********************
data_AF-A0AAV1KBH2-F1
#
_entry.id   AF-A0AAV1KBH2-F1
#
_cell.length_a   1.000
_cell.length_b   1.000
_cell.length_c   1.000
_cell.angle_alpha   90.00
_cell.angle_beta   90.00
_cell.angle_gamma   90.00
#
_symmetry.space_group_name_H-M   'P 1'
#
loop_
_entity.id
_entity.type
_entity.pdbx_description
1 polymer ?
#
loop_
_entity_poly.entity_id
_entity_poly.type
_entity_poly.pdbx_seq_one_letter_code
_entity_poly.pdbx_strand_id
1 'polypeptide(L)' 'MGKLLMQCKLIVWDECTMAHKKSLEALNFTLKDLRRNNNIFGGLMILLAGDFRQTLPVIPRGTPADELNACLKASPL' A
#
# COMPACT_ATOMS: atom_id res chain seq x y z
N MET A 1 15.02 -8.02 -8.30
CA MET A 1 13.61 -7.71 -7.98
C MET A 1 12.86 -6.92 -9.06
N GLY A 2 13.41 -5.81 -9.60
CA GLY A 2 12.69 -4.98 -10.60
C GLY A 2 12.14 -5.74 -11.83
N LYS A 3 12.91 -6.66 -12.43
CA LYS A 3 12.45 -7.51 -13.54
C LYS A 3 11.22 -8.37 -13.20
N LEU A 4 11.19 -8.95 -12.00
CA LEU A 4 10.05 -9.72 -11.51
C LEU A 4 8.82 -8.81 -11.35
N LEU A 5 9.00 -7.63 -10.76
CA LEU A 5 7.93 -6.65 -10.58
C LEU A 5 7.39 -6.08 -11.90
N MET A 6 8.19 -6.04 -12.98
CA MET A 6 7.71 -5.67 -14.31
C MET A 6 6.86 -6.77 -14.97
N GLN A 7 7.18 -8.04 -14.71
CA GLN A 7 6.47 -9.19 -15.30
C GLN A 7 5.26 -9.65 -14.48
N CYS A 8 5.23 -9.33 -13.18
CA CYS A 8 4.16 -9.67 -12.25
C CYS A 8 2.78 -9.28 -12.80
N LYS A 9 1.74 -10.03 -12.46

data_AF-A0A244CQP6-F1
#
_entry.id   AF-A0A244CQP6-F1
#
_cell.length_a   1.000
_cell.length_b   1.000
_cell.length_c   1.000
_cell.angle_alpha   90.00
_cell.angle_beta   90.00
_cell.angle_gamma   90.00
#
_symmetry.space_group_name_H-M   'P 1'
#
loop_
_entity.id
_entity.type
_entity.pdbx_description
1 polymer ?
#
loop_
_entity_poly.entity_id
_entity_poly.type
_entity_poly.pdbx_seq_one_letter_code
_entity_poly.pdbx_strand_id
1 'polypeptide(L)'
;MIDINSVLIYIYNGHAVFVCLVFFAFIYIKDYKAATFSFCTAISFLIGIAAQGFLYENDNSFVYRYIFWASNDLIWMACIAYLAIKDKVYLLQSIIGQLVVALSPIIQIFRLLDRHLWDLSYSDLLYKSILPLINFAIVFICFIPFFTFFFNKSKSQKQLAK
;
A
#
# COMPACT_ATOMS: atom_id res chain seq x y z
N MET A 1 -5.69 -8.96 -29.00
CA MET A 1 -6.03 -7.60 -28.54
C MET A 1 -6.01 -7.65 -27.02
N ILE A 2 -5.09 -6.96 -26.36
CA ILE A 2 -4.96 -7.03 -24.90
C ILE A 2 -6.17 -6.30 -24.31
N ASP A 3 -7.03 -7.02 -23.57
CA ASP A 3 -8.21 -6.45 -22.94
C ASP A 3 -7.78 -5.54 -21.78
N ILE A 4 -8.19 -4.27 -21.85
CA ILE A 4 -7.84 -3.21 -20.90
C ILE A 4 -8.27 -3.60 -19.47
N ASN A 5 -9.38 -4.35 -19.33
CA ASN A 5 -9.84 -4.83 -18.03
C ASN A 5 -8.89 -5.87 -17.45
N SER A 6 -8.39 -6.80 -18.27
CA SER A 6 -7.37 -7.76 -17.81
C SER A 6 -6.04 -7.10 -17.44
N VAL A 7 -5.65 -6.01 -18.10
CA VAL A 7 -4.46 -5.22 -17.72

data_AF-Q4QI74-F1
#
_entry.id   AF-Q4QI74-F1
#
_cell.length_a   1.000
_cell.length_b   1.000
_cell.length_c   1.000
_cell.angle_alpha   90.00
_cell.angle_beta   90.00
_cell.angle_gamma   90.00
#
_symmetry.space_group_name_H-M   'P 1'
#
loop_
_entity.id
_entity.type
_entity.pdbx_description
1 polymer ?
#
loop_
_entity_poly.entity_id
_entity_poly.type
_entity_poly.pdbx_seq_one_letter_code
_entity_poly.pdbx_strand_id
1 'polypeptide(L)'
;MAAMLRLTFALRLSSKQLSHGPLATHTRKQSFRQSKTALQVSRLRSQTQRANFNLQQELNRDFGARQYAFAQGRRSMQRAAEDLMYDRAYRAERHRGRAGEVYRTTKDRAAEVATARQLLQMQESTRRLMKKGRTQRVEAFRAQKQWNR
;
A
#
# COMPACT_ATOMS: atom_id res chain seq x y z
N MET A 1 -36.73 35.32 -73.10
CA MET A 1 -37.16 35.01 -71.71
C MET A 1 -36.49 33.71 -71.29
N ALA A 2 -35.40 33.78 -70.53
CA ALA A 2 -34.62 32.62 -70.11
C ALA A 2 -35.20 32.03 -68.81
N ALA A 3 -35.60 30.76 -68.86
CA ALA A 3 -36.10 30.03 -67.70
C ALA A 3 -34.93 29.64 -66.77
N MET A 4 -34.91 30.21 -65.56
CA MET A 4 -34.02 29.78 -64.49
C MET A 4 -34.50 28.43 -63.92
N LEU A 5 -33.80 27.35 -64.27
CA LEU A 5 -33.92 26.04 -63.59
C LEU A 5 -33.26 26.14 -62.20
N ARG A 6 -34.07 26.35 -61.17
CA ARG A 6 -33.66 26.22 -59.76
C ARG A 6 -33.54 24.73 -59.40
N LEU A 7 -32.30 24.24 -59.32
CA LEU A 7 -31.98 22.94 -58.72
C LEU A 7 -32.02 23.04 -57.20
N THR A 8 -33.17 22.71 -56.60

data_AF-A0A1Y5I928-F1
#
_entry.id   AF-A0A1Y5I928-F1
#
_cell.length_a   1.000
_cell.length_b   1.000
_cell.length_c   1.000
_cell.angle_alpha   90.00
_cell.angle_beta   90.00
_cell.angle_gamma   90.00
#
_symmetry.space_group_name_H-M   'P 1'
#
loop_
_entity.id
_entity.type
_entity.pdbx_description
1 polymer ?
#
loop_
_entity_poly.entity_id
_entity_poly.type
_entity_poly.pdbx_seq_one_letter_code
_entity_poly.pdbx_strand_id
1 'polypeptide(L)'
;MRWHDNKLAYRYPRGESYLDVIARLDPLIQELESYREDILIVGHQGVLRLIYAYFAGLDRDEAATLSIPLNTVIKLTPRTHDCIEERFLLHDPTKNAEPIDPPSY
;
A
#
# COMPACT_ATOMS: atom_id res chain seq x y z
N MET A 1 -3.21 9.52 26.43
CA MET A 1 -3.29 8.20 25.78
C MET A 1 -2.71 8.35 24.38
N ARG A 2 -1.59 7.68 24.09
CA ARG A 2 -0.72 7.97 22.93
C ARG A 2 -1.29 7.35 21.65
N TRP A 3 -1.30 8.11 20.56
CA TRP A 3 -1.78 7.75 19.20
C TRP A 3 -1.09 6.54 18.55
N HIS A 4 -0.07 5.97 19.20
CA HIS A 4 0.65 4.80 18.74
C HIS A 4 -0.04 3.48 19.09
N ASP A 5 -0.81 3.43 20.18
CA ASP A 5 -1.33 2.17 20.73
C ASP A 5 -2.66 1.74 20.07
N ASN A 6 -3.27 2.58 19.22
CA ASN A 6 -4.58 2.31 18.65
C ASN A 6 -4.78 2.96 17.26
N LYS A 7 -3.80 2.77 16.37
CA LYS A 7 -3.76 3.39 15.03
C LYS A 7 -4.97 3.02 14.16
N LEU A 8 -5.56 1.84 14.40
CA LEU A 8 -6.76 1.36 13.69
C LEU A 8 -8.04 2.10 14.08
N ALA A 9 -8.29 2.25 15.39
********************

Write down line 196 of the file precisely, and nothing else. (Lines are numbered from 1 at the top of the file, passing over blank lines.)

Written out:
C HIS A 4 -0.04 3.48 19.09